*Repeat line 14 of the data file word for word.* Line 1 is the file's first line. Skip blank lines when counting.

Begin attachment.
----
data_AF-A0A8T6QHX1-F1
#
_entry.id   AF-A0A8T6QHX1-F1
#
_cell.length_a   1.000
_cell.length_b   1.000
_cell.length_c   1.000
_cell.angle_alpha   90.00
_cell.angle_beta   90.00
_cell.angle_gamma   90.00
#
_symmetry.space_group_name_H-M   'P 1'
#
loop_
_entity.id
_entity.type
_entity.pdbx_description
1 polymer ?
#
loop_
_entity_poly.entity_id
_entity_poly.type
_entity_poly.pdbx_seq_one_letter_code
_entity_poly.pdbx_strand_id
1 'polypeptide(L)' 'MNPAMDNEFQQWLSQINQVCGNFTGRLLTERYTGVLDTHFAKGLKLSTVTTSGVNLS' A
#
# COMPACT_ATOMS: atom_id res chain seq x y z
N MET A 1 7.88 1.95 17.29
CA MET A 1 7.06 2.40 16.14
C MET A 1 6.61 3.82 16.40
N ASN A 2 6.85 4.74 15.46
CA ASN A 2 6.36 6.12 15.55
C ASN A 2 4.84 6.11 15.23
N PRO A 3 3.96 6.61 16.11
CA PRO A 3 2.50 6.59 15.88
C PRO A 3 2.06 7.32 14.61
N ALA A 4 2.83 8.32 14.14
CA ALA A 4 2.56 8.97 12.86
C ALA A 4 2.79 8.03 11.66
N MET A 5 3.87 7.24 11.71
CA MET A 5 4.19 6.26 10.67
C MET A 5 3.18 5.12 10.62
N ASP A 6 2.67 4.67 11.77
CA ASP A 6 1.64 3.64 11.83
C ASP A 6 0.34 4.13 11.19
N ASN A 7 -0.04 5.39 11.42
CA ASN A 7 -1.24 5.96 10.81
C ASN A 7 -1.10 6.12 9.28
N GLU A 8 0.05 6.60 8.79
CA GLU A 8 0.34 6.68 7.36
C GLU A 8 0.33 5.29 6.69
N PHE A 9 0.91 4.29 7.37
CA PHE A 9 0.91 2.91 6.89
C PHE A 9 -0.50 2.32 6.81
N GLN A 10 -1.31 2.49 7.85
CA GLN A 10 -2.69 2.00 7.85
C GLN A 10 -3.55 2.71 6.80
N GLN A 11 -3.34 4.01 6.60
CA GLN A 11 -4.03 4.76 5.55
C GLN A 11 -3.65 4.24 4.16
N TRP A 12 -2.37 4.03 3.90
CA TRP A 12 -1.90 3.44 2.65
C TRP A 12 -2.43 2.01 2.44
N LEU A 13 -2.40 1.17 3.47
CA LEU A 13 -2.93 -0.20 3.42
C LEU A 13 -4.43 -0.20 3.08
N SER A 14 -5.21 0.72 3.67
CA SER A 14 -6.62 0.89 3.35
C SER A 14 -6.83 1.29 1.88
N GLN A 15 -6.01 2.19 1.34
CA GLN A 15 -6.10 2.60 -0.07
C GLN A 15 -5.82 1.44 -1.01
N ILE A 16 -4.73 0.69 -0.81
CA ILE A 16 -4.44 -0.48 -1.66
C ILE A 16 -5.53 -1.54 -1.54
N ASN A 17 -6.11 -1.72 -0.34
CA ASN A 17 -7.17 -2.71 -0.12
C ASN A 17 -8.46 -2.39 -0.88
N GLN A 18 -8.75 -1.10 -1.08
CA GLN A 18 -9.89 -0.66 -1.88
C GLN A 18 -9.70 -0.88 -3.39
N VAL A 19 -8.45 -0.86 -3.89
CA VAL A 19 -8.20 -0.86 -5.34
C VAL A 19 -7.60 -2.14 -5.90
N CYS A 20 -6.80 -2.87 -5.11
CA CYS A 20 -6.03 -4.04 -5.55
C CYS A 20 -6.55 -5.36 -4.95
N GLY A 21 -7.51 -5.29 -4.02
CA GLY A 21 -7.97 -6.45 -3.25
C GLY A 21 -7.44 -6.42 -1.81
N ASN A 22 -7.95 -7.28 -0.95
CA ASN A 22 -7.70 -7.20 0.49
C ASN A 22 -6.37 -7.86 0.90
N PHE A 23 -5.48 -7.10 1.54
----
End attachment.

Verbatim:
loop_